Covid survivor and carer 'owes his life' to charity supported by Freemasons

A Lincolnshire carer 'owes his life' to a charity offering men like him support after he fell ill with Covid-19..

Freemasons’ Provincial Charity Steward Pete Tong.
Freemasons’ Provincial Charity Steward Pete Tong.

Charlie had failed to turn up to a meeting of his group, which is supported by the Carers First charity thanks to a generous donation Freemasons in East Lindsey.

“Someone from the charity went to his house to find out why he hadn’t arrived for the meeting," said Freemasons’ Provincial Charity Steward Pete Tong. "They found him very ill with Covid and he was whisked off to hospital.

“If the Freemasons’ charity the MCF hadn’t made a grant of £55,000 to support the charity’s work in East Lindsey, then events including the ‘breakfast banter’ meeting Charlie missed simply wouldn’t have taken place, and the consequences hardly bear thinking about.”

The grant, and others which followed, facilitates many events including ‘banter breakfasts’, where men who have been, or still are, carers can meet and enjoy a free breakfast, relax and forge friendships. In the process, they also get peer support.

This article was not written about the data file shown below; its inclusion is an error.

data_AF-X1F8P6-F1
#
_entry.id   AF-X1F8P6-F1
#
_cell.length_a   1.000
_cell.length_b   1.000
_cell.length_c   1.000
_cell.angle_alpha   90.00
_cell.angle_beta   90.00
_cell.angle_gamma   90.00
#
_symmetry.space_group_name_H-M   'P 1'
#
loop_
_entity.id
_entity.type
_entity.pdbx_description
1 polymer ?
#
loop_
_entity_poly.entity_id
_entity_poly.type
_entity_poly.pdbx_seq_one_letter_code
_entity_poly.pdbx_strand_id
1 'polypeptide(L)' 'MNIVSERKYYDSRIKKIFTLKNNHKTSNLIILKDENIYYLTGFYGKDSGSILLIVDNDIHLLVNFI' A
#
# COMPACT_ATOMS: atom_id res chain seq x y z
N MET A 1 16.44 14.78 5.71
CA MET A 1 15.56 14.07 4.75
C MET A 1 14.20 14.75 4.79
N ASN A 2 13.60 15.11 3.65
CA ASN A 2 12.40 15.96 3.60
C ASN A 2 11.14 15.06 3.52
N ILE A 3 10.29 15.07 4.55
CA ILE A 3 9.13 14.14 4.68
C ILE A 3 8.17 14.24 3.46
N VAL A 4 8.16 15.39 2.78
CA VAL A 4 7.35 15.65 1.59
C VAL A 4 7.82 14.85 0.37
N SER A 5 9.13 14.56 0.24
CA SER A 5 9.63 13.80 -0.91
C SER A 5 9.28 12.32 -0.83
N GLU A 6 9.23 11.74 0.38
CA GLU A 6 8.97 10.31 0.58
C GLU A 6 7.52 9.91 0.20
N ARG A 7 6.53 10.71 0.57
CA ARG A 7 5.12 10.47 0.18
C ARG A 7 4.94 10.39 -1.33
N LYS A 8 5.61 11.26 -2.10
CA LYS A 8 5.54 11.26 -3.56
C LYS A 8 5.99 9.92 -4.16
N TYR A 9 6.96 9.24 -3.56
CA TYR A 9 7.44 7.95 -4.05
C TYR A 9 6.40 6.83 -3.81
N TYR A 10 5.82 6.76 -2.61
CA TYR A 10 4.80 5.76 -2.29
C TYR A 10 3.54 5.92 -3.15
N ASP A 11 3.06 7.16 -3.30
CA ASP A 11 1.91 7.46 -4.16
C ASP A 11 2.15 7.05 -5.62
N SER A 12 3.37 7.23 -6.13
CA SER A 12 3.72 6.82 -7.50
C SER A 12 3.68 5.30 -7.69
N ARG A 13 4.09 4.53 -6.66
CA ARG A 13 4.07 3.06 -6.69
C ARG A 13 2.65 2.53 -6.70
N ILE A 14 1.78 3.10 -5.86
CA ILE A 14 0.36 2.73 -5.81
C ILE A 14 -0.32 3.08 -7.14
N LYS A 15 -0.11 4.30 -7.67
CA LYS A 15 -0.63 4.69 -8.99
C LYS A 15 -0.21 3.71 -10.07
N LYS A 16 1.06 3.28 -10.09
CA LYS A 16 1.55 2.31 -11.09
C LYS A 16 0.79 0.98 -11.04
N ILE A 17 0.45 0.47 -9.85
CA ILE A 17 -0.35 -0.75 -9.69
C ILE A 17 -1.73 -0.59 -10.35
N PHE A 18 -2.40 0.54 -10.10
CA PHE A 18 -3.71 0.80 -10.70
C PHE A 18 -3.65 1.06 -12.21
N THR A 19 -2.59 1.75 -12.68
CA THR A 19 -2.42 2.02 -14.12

“Our support for Charities doesn’t stop when they get the grant, in fact that should be the start of it,” added Pete.

Hannah Key, the ‘Men Do’ project lead, Karen Johnson the Charity’s Trusts and Foundations Fundraiser, and Freemason Simon Noden of Lumley Lodge in Skegness have met regularly since the grant was awarded to see how the Charity and Freemasons in Lincolnshire can be of mutual benefit and share ideas.

Karen spoke at a meeting of Almoners from Freemasons’ Lodges, where she explained how Carers First can support Freemasons who are or have been carers.

She said: “We know that invitation has already been followed up by a number of Lodge almoners in support of their members.”

Simon and the members of Lumley Lodge have put on breakfasts and invited carers in the area to join them. He added: “It’s about supporting each other, Masons and non-Masons. We all matter.”

Karen said that whilst funding was important and necessary, it was just as important to continue to meet to see how their service could develop with the help of Lincolnshire Freemasons. She added: “It’s not just about money; Freemasons overall have such a breadth of skills and knowledge which we can tap into.”

The breakfast meetings for men carers have been so successful that the Charity is now extending it to provide a similar opportunity for female carers to meet too.